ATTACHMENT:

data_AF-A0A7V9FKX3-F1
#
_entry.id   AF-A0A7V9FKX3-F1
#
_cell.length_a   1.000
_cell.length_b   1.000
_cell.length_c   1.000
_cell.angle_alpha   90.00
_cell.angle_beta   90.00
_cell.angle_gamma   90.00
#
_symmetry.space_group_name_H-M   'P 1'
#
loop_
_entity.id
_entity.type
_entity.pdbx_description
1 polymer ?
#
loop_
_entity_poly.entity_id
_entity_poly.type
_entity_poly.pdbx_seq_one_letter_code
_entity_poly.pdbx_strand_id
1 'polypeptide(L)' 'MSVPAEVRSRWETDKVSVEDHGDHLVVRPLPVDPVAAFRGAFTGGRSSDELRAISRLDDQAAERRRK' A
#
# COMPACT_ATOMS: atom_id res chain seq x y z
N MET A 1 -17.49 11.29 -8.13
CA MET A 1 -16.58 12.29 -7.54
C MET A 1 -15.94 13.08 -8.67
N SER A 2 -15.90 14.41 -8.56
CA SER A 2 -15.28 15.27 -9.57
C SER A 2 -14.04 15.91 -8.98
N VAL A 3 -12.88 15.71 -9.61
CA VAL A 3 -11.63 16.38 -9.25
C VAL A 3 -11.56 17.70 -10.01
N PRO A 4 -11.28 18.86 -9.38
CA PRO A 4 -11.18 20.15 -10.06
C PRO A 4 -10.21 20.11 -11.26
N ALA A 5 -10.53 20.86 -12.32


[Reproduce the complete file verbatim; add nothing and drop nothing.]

data_AF-A0A7V9FKX3-F1
#
_entry.id   AF-A0A7V9FKX3-F1
#
_cell.length_a   1.000
_cell.length_b   1.000
_cell.length_c   1.000
_cell.angle_alpha   90.00
_cell.angle_beta   90.00
_cell.angle_gamma   90.00
#
_symmetry.space_group_name_H-M   'P 1'
#
loop_
_entity.id
_entity.type
_entity.pdbx_description
1 polymer ?
#
loop_
_entity_poly.entity_id
_entity_poly.type
_entity_poly.pdbx_seq_one_letter_code
_entity_poly.pdbx_strand_id
1 'polypeptide(L)' 'MSVPAEVRSRWETDKVSVEDHGDHLVVRPLPVDPVAAFRGAFTGGRSSDELRAISRLDDQAAERRRK' A
#
# COMPACT_ATOMS: atom_id res chain seq x y z
N MET A 1 -17.49 11.29 -8.13
CA MET A 1 -16.58 12.29 -7.54
C MET A 1 -15.94 13.08 -8.67
N SER A 2 -15.90 14.41 -8.56
CA SER A 2 -15.28 15.27 -9.57
C SER A 2 -14.04 15.91 -8.98
N VAL A 3 -12.88 15.71 -9.61
CA VAL A 3 -11.63 16.38 -9.25
C VAL A 3 -11.56 17.70 -10.01
N PRO A 4 -11.28 18.86 -9.38
CA PRO A 4 -11.18 20.15 -10.06
C PRO A 4 -10.21 20.11 -11.26
N ALA A 5 -10.53 20.86 -12.32